President Bush declared four counties disaster areas, freeing federal aid for recovery from the storms that struck Friday, spawning at least one tornado that ripped roofs and walls off homes and threw mobile homes off their foundations.
The twister hit between 3 and 4 a.m., when few people were awake to hear the tornado warnings broadcast just minutes in advance. Few communities in the region have warning sirens.
The storms blew a tree into 17-year-old Brittany May's bedroom, killing her, her stepmother said Saturday.
"We're all in shock. I've lost family members before, and I've never had to bury a child," Lisa May said. "I'm going to speak for her mother, and me and her father: This is the hardest thing that any of us will have to do."
Gov. Charlie Crist toured the battered areas Saturday in Lady Lake, about 50 miles northwest of Orlando.
"Your heart pours out to the people affected and you want to help," the governor said.
Crist was accompanied by David Paulison, director of the Federal Emergency Management Agency, who announced the federal aid.
"It makes you sick to your stomach for what we saw," Paulison said.
Thirteen people had been confirmed dead in the Paisley area plus seven in Lady Lake, about 30 miles to the west, emergency officials said. Among the seven identified Saturday were Brittany, five women ranging from 66 to 81 and a 20-year-old man.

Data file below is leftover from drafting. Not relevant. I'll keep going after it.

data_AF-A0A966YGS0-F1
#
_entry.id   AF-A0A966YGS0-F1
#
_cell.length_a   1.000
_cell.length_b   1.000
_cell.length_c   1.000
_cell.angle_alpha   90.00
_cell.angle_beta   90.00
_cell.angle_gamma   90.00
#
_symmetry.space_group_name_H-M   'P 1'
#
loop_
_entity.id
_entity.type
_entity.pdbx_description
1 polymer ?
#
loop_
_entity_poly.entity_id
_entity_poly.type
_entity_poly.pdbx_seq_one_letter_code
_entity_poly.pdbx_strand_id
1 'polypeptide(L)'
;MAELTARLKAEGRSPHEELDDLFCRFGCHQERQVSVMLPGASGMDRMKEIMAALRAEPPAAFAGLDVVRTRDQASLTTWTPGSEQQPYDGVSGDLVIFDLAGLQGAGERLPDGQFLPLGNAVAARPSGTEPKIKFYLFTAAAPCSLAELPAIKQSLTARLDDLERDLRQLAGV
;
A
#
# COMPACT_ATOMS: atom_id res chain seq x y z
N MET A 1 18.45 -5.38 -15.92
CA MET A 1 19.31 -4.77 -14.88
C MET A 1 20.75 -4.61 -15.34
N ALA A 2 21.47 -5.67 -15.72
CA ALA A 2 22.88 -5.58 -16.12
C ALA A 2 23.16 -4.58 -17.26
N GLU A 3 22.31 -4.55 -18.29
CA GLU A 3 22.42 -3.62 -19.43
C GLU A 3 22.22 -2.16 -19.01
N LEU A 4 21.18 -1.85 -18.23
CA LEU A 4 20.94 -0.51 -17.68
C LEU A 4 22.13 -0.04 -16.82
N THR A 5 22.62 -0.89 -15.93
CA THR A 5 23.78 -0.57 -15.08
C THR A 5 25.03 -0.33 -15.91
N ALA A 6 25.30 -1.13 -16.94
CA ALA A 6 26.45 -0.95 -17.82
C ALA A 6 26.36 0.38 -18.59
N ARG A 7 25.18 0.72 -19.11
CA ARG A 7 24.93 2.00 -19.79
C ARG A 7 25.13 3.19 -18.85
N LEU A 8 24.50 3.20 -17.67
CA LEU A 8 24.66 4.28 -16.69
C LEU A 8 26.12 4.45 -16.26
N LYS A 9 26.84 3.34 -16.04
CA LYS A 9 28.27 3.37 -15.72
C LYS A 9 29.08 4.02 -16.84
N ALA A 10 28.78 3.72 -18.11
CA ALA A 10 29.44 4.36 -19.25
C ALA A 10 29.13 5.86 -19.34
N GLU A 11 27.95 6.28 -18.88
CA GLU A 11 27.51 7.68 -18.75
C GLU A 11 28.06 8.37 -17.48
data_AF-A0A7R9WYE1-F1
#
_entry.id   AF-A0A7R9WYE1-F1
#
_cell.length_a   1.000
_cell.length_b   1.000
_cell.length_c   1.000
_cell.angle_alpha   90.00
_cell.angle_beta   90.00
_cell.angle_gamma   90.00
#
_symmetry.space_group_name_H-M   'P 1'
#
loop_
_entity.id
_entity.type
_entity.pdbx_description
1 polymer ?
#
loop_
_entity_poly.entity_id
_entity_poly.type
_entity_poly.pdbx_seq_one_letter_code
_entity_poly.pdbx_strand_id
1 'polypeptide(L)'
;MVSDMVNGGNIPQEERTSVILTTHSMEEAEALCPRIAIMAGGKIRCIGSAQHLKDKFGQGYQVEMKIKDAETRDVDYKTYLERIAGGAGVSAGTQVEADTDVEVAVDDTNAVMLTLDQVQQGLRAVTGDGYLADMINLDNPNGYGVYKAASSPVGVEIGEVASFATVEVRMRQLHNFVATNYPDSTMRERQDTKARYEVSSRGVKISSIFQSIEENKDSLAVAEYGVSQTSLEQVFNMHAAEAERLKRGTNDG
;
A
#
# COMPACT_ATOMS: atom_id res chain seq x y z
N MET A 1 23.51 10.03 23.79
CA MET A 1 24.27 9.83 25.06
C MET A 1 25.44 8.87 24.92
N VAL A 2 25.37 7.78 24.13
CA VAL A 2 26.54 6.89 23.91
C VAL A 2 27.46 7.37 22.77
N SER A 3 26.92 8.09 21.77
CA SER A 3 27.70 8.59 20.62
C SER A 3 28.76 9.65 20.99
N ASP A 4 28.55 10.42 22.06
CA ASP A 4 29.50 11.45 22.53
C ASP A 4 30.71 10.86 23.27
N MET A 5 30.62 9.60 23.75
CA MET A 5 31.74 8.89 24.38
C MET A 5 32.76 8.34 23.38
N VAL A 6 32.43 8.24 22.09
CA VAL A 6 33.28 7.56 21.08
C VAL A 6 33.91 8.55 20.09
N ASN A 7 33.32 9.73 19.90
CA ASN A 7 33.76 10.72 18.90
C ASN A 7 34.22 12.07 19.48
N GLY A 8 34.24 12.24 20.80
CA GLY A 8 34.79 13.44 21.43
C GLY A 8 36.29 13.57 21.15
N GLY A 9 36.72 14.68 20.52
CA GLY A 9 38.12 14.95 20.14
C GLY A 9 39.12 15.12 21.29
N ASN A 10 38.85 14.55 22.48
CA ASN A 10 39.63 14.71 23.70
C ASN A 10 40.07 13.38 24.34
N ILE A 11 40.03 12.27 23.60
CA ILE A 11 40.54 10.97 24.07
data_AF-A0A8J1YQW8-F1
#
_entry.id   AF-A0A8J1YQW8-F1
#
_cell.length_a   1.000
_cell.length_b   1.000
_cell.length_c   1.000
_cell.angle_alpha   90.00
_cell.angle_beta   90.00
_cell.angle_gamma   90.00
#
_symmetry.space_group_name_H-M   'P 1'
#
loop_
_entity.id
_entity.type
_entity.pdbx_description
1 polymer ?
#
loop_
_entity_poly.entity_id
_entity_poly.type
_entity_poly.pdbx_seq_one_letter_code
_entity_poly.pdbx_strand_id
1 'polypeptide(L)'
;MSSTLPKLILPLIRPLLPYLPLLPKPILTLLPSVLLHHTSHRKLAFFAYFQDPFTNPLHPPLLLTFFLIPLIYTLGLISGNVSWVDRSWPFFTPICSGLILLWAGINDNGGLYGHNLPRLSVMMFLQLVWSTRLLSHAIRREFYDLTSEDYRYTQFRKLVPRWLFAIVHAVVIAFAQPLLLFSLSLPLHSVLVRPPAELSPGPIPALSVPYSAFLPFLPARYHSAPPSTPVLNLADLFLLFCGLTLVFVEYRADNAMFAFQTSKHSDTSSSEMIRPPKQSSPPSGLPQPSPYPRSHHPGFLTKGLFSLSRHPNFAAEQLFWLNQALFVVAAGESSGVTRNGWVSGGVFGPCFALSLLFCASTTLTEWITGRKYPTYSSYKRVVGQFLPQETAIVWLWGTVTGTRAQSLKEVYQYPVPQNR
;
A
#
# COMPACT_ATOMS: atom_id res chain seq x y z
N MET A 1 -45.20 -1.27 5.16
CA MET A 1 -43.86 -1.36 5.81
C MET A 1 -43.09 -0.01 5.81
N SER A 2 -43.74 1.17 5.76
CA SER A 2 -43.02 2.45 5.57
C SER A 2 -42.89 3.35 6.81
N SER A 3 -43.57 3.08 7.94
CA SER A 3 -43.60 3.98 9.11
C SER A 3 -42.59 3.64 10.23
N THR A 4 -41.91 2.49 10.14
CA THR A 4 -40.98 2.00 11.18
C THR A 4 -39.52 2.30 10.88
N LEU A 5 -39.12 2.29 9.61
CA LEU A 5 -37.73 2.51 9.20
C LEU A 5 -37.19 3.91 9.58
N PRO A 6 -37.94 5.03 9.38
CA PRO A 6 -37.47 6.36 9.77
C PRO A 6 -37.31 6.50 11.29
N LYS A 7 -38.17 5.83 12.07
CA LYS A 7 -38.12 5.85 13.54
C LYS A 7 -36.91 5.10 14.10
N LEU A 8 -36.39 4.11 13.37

Recovery teams started winding down the search for victims.
"They think they have done the majority of the work in going door to door. It has kind of changed to picking up the pieces today," said Christopher Patton, spokesman for the Lake County Emergency Operations Center.
About 30 low-risk jail inmates from Marion County dressed in green-striped uniforms helped clear debris in Lady Lake. Religious groups helped in the cleanup and some served food to rescue workers and victims, while about 40 National Guard members distributed blankets, food and water.
Lake Mack resident David Demar, 36, who lost his mobile home, said he heard rumors that some of his friends were killed. "The hard part is going to find out who's gone and who's here," he said.
The wind picked up one tractor-trailer rig and slammed it down on top of another one. A church built to withstand a Category 4 hurricane was destroyed.
"To me it sounded like a mountain coming down," said Denise Anderson, 52, who huddled in a bathtub for shelter with her husband.
James Pietro, 42, was sleeping in his RV when the wind and snapping trees woke him just in time to take cover with his girlfriend beneath their bed.
The RV was lifted into the air and rolled several times, coming to a rest a few feet from a pond, upside down and nearly torn in half. The two came away with only scratches.
"I don't see how I lived," Pietro said.
The Volusia County Property Appraisers Office put preliminary damage estimate at $80 million and said as many as 500 properties were damaged.
It was the second-deadliest tornado in state history, behind five twisters in February 1998 that killed 42 people in central Florida and damaged or destroyed about 2,600 homes and businesses.
Jason Pawelczyk, 32, said he and his mother took cover in a closet and emerged seconds later to find half his roof gone.
"We finally made it outside, and all you heard was people screaming for each other," he said. "It was pouring rain, flashlights everywhere. All you could see was silhouettes, people yelling for each other. It was crazy."
Associated Press writers Curt Anderson, Damian Grass, Suzette Laboy and Adrian Sainz in Miami, Stephen Majors in Tallahassee and Ron Word, Mike Schneider and Brian Skoloff in Lake County contributed to this report.
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